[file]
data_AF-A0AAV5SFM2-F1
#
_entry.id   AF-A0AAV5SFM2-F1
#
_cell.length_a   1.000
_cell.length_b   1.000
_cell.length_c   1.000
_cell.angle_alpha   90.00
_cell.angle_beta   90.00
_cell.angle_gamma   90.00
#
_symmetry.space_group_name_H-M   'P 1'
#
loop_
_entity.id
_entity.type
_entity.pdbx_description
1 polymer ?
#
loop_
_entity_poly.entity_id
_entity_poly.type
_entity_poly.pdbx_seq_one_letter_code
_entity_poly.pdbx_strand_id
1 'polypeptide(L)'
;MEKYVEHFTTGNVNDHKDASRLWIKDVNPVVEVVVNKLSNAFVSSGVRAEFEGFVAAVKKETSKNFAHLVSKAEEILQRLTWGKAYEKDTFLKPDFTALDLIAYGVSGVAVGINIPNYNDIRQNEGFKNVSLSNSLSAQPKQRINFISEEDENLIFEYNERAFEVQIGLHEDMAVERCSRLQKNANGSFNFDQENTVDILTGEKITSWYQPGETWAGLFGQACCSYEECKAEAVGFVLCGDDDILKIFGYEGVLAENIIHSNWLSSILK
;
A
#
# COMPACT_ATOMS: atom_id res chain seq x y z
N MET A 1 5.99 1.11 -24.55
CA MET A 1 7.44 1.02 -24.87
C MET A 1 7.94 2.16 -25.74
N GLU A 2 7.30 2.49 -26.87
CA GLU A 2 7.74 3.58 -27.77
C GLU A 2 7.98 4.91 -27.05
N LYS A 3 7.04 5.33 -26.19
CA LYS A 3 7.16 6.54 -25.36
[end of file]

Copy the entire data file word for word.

data_AF-A0AAV5SFM2-F1
#
_entry.id   AF-A0AAV5SFM2-F1
#
_cell.length_a   1.000
_cell.length_b   1.000
_cell.length_c   1.000
_cell.angle_alpha   90.00
_cell.angle_beta   90.00
_cell.angle_gamma   90.00
#
_symmetry.space_group_name_H-M   'P 1'
#
loop_
_entity.id
_entity.type
_entity.pdbx_description
1 polymer ?
#
loop_
_entity_poly.entity_id
_entity_poly.type
_entity_poly.pdbx_seq_one_letter_code
_entity_poly.pdbx_strand_id
1 'polypeptide(L)'
;MEKYVEHFTTGNVNDHKDASRLWIKDVNPVVEVVVNKLSNAFVSSGVRAEFEGFVAAVKKETSKNFAHLVSKAEEILQRLTWGKAYEKDTFLKPDFTALDLIAYGVSGVAVGINIPNYNDIRQNEGFKNVSLSNSLSAQPKQRINFISEEDENLIFEYNERAFEVQIGLHEDMAVERCSRLQKNANGSFNFDQENTVDILTGEKITSWYQPGETWAGLFGQACCSYEECKAEAVGFVLCGDDDILKIFGYEGVLAENIIHSNWLSSILK
;
A
#
# COMPACT_ATOMS: atom_id res chain seq x y z
N MET A 1 5.99 1.11 -24.55
CA MET A 1 7.44 1.02 -24.87
C MET A 1 7.94 2.16 -25.74
N GLU A 2 7.30 2.49 -26.87
CA GLU A 2 7.74 3.58 -27.77
C GLU A 2 7.98 4.91 -27.05
N LYS A 3 7.04 5.33 -26.19
CA LYS A 3 7.16 6.54 -25.36